And then it arrived, falling like manna from an historian's Heaven for analysts to feast on: substantial evidence clarifying the U.N.'s first official step toward empowerment. Surprisingly, the precedent was set not with a third world country, where the usurpation of sovereignty would afford the least resistance, but rather via the United States itself, a stronghold of fierce national independence. As Daniel New explains:

"Before Macedonia, a non-American or non-NATO officer has never before had command of an American battalion abroad."
The event was a historical bombshell, giving justification at last to arguments against U.N. expansion, yet it landed upon the international conscience with a thud. And it became increasingly clear that preparations for U.N. empowerment were prolonged to thoroughly condition the populace to accept global governance.

Yet the U.N. was ill-prepared for what would immediately follow: resistance not from the international community, nor even among the fringe elements of conspiracy theorists and opponents of world order (most of whom failed to recognize the subtle transition), but from within the very ranks themselves in the form of a single soldier.

Like a splinter in the otherwise smooth surface of U.N. empowerment, Michael New was now "standing in the way of the New World Order." And, lest his example spark a forest fire of defiance, he was blacklisted and prosecuted. Explains author New: "If any soldier could refuse induction into the U.N. army, the floodgates would be opened and others — hundreds if not thousands — could follow his lead. So they determined to make an example" of him.

Critical Evidence Thrown Out
In various ways, the U.S. Establishment promoted a smear campaign against Michael New in order to justify its rationale for imposing such a harsh punishment. Press distortions claimed New was a "cause celebre for isolationism," regardless of his belief in furthering American interests abroad. It was then presumed New's intention was to avoid a military conflict. Yet he had previously served in the U.N.-endorsed Operation Southern Watch to Kuwait in 1993, obeying the command to deploy for two reasons:

  1. He remained "under an unbroken chain of American command," and

  2. He was not ordered to wear U.N. insignia, which would have "contradicted his sacred oath, the law, the Constitution and military regulations."
Lastly, Michael was accused of naivete wrought by a sheltered life, regardless of evidence showing he was raised in the missionary field, having lived in Papua New Guinea, New Zealand and the Philippines.

During his trial in the military appeals court, evidence proving the unconstitutionality of his court-martial was excluded from the jury, as the U.S. Government refused to contest the "unlawfulness of the order." New further points out that "Michael's key objection was not to serving in a U.N. authorized operation but in a U.N. controlled operation."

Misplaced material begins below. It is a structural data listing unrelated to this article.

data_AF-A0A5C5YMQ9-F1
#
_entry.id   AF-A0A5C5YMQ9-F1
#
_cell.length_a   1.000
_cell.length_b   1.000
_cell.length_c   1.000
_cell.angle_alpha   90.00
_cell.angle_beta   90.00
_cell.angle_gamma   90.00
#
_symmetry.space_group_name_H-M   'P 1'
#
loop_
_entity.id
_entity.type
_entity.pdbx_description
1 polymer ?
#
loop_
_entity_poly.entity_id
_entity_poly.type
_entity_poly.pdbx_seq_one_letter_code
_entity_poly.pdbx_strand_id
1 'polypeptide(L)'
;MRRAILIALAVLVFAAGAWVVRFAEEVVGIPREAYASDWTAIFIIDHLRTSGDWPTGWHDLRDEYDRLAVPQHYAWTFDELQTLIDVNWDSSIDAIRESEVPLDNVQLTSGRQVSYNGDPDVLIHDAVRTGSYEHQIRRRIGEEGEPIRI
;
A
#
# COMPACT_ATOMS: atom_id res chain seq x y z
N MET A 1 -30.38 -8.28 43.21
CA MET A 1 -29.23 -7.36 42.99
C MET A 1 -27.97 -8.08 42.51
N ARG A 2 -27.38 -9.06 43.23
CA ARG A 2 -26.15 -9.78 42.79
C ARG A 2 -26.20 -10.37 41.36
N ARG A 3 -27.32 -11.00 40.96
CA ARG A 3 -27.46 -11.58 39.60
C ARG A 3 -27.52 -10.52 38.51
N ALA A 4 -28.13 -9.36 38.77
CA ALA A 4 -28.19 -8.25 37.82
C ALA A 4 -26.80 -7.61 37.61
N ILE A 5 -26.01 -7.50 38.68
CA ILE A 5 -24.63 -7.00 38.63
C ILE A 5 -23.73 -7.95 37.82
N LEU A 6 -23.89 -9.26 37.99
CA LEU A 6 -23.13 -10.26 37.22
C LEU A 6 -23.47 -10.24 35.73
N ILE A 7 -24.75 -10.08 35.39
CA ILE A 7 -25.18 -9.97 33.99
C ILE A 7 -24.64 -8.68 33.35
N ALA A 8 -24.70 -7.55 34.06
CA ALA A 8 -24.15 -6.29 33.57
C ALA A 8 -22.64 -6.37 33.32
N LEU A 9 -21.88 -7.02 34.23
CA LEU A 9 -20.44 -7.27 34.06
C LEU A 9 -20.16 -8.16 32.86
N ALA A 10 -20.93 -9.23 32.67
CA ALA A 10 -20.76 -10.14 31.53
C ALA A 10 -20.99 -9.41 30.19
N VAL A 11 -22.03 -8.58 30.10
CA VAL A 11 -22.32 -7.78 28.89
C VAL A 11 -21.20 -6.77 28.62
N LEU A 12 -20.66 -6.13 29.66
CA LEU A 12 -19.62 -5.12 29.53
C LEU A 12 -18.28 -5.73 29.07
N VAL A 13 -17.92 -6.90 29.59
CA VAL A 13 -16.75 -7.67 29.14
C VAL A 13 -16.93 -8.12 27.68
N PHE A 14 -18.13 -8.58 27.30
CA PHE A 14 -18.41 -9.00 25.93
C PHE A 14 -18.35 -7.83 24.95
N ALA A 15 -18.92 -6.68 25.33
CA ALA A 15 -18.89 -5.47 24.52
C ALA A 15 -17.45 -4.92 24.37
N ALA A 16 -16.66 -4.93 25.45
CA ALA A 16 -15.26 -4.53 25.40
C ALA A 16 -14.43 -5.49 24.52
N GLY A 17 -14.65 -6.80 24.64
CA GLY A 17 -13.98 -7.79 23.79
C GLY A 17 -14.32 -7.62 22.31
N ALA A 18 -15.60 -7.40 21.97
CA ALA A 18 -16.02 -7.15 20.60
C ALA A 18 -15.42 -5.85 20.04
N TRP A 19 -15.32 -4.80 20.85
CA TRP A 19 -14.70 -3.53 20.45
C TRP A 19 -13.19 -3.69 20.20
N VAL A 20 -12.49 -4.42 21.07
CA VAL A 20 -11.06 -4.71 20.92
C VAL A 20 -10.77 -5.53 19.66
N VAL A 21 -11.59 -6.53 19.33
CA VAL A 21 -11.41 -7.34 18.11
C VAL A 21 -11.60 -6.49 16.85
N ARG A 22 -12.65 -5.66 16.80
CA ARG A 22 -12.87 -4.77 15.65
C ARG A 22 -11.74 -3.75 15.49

In court, New's prosecutor's claimed he had violated Article 92 of the Uniform Code of Military Justice (UCMJ), citing Article 11, Section 2 of the Constitution as proof he had disobeyed a lawful order to deploy, issued by the Commander-in-Chief. However, it was countered, the Constitution, the U.N. Participation Act, and the Foreign Assistance Act "either prohibit such deployments or do not authorize them," effectively debunking the Government's case.

Yet all critical evidence, such as the fact that New had "offered to accept a transfer to another unit or an honorable discharge" was thrown out. Left in legal purgatory, the judicial authorities pronounced the issue a political problem, and hence non-judicable, while Department of the Army lawyers argued that the case cannot be tried in civilian courts because it's a military matter, thus lacking jurisdiction.

Toeing the Pro-U.N. Line
As one of the pivotal stratagems of warfare, it is of no surprise that the UN's plan of attack for dissolving national sovereignty should find as its first target of offense the opponent's most formidable stronghold. Hence, among the various lines of legislative defense, the U.S. Constitution was clearly understood as the most solid bulwark against which the U.N. should direct the bulk of its combative resources. And the distinction between the U.N. Charter and the U.S. Constitution could not be more starkly contrasting.

"Our Declaration of Independence," New points out, "declares openly that our rights come from God" while the U.N. Charter "was organized and has been run ever since by atheists who believe there is only one higher thing than the evolved human, and that is the Collective."

New makes a striking parallel between the characteristics of the U.N.'s military hierarchy and those of Nazi guards at Auschwitz. Both bear the traits of indoctrination, conveying the "rationale of mercenary soldier(s) - mindless subservience and obedience to orders from whomever is in command." Just as the Nazi guards "pled at their trials in Nuremberg" that they were merely following orders when "they forced innocent people into the gas chambers," so U.N. soldiers, under similar pressures, may come to act with equally reprehensible moral deficiency.

New then goes on to clarify two meanings of crucial import:
  1. The purpose of separation of church and state.

  2. The definition of 'civilian control.'
Noting that the famous phrase coined by Jefferson in 1802 in a letter to the Dansbury Baptist Association in Connecticut is not part of the Constitution, New reminds us it was written 13 years after the First Amendment was ratified; and, most importantly, "was addressing the issue of the government interfering with churches, and not the other way around."

Secondly, although schools now teach just the opposite, "civilian control" means congressional, not Presidential, control of the military. Only during a declared war is the President, by congressional authorization, given control as Commander-in-Chief.